It’s Later Than You Think

Her friend, eyes narrowed and lip curled,
says nothing
but she doesn’t have to. Everyone knows
what she thinks. It would be foolish

To put more money into repairs
and improvements
when it’s possible, even likely
that the person who ends up buying
this old house, built as it is on such

A shaky foundation, will want to
tear it down
and build something more sturdy,
more modern in its place, for example,
a three story clapboard, with six condos

And a dental clinic to service an aging
Time moves on, she’s quick to add,
ticking our lives away day after day.
People grow anxious, and they want

Something new, even if it is the
same old thing,
as monotonous as prairie grass.
It’s all in the name of progress,
she laughs. Progress means you look

Beyond the here and now, towards
the invisible future,
where things will be bigger and better.
It means you are never content
with the way things are, but always

Want the latest, the shiniest. And even if
that future
proves to be illusory, you will still have
the satisfaction knowing you played the game.

Low Tide (Written June 22, 2018)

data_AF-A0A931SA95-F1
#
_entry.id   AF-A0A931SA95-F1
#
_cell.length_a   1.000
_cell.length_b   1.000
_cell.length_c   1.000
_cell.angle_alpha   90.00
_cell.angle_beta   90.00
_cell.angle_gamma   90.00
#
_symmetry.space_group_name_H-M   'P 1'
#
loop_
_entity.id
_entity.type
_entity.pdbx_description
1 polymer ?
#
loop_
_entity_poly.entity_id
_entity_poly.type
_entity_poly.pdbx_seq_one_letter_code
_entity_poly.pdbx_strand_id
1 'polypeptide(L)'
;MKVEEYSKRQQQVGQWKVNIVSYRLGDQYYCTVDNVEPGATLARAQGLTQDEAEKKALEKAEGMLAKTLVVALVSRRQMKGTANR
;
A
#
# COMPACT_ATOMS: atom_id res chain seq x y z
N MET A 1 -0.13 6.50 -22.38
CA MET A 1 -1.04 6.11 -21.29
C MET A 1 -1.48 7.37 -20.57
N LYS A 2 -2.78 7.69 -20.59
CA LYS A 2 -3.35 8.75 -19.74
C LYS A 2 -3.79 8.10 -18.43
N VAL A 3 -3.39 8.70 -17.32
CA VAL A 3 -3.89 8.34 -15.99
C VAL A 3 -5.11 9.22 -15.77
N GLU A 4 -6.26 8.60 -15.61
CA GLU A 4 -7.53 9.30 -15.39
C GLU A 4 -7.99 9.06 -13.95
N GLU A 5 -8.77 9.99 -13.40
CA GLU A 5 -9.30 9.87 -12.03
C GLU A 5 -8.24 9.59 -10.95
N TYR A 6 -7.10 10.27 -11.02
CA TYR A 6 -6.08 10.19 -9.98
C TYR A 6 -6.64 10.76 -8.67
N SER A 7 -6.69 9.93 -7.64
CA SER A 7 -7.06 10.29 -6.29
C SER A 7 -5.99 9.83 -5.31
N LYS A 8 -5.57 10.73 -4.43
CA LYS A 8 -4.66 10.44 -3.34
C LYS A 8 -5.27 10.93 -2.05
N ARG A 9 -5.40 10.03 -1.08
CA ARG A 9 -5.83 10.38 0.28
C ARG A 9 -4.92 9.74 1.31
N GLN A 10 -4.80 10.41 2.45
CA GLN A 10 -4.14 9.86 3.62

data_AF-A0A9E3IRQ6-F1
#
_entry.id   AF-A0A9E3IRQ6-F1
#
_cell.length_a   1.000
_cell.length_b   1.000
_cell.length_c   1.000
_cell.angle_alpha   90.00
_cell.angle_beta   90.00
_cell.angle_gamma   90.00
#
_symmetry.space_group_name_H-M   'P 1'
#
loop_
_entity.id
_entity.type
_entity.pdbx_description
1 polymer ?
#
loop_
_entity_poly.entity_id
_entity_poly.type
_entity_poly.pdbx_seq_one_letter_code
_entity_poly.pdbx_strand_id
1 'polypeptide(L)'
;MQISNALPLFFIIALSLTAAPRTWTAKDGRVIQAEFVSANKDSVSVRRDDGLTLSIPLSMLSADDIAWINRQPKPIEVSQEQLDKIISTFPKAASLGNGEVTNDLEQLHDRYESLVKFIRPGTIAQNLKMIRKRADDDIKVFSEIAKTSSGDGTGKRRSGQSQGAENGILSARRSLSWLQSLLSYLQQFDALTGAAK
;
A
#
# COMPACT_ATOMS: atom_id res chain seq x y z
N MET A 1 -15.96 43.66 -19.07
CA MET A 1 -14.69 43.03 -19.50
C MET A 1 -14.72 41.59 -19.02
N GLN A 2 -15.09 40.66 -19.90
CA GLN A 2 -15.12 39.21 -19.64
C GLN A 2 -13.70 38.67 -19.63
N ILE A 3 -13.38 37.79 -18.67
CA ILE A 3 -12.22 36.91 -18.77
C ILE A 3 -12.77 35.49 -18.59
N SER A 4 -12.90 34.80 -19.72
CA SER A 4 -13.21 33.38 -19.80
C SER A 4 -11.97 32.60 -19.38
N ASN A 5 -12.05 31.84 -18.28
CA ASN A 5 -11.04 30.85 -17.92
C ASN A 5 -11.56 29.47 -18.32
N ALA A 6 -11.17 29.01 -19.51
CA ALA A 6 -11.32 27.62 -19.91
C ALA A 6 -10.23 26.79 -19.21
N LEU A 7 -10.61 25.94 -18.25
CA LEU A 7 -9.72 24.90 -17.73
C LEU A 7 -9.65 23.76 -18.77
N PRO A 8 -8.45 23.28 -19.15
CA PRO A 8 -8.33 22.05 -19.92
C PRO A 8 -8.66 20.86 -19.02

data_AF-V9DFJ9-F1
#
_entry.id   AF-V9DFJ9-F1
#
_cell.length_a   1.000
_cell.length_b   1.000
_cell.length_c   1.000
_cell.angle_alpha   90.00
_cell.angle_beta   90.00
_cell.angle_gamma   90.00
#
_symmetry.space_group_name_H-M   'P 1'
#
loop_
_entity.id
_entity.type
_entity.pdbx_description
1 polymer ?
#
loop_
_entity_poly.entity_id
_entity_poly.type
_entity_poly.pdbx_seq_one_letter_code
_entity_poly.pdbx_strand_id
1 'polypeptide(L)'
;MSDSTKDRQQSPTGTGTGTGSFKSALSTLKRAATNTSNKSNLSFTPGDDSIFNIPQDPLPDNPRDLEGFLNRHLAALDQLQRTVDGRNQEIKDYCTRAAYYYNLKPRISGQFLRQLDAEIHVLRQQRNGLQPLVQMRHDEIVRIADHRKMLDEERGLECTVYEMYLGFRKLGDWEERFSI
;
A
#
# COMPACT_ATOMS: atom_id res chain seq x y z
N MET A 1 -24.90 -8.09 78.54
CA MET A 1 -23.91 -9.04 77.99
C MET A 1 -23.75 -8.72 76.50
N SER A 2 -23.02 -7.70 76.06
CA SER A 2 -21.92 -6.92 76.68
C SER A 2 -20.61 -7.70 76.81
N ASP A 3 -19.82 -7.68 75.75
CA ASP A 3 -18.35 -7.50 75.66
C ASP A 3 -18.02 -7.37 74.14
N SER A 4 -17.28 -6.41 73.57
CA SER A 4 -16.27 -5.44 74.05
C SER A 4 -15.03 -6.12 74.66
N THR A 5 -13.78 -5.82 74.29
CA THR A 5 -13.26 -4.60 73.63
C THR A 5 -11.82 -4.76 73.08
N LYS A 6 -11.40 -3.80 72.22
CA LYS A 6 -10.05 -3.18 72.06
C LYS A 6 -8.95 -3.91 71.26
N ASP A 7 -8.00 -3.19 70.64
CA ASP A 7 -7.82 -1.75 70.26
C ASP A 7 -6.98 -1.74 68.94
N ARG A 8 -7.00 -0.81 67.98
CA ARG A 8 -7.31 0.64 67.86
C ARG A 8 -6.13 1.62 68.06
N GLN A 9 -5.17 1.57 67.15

Low Tide

The tide is out by the time we get there.
line the riverbed, along both sides.
The banks of mud are almost vertical,

Where the water has washed away
all resistance,
in its rush to the sea, and only the grass,
on top of the mud, holds firm. In the middle,
where there is still some standing water,

It is no deeper than two or three feet.
sea monster, lies with its belly cut open,
the same way a snake, a python,
must be cut open when it swallows

A human being whole, and becomes
so heavy,
so tied down, it cannot save itself
from a slow death. Cut open, turned
inside out, the belly of the river

Displays the intestines, sculpted
by the sea
as it sucks the water to itself,
leaving an emptiness, as the heart
feels empty when hope slips away,

Betrayed by gravity. The seagulls,
the herons,
the eagles too, what is there for them
to do, but wait for the tide to turn.